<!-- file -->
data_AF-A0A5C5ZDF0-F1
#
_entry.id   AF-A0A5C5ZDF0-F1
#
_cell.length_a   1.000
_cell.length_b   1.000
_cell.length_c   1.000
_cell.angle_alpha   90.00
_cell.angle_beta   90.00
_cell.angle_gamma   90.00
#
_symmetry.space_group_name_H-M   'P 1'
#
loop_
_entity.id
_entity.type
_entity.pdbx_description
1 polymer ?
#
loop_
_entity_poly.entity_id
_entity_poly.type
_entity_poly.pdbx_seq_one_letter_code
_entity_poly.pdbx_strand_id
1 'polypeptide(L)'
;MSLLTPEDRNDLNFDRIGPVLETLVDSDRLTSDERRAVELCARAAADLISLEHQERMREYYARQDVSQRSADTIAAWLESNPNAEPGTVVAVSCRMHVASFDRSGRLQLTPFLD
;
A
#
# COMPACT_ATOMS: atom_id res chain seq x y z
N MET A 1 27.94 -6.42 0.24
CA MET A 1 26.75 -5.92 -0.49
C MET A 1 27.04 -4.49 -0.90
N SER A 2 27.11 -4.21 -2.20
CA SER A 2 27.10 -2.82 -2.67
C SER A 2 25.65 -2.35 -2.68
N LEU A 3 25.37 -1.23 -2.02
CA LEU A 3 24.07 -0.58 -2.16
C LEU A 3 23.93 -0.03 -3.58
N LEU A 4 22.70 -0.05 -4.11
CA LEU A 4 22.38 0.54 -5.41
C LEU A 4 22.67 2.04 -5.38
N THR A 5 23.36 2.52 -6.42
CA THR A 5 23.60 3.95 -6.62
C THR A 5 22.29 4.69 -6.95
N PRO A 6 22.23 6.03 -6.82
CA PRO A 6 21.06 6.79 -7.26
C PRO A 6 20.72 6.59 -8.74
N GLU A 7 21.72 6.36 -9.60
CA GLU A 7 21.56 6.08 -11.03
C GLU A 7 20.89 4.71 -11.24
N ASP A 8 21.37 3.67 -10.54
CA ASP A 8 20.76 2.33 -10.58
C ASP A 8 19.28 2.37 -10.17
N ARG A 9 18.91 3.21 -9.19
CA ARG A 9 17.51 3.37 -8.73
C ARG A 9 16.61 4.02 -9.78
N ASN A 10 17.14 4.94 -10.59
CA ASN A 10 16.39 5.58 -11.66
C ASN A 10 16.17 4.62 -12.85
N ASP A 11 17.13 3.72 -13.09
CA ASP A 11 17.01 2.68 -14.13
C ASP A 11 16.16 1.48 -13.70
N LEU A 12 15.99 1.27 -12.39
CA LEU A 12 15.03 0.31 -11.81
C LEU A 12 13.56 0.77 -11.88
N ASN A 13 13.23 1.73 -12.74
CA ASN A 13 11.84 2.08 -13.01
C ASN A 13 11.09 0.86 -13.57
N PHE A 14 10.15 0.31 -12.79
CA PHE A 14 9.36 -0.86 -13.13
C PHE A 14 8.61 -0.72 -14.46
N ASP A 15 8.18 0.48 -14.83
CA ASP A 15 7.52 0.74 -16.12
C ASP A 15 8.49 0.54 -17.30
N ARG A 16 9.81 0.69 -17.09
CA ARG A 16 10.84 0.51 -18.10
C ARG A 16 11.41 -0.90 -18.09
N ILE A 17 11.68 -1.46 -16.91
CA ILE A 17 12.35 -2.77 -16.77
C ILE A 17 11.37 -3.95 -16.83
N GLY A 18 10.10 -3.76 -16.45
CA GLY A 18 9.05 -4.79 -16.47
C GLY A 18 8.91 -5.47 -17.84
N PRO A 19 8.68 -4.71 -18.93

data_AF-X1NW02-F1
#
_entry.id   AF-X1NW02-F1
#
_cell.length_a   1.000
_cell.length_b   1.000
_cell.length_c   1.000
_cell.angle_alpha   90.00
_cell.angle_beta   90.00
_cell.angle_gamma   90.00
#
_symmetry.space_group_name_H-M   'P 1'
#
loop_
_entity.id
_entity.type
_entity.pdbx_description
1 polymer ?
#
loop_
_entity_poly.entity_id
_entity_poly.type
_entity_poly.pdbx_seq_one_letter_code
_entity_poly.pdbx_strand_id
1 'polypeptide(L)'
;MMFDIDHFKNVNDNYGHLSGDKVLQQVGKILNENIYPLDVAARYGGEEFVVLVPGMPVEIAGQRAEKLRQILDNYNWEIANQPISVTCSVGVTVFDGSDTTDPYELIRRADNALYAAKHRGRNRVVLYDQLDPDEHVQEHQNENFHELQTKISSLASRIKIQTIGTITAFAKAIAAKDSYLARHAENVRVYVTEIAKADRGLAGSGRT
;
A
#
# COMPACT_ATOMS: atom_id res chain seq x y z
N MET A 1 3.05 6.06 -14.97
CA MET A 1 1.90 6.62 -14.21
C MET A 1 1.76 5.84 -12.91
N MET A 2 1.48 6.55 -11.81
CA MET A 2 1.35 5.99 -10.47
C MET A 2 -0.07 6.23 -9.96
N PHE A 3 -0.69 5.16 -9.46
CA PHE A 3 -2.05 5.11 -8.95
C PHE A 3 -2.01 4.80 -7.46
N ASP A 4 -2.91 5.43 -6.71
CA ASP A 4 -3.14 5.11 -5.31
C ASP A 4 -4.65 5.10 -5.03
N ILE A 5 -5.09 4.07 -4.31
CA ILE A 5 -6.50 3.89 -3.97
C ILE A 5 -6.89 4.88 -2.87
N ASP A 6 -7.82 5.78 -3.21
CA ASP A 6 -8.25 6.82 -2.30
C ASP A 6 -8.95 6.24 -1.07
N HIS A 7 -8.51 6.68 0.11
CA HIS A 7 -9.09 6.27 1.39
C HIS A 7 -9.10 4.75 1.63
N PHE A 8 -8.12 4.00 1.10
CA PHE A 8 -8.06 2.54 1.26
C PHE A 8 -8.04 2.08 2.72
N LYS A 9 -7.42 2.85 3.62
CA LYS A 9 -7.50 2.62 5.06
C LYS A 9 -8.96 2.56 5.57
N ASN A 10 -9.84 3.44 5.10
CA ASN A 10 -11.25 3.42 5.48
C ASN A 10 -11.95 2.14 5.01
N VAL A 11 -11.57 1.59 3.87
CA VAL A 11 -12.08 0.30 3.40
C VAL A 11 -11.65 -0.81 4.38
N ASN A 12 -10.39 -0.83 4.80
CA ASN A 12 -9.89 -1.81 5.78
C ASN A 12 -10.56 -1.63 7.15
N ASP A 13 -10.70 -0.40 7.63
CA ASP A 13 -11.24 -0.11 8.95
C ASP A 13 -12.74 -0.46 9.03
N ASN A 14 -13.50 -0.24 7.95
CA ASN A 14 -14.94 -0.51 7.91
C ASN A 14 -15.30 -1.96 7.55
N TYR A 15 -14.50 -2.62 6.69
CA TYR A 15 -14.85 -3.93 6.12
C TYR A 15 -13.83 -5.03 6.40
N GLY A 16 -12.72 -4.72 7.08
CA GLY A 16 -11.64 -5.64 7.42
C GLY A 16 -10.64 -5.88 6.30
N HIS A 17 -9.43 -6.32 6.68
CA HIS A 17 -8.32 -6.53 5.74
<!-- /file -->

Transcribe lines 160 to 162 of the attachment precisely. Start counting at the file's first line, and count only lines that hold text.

C TYR A 15 -13.83 -5.03 6.40
N GLY A 16 -12.72 -4.72 7.08
CA GLY A 16 -11.64 -5.64 7.42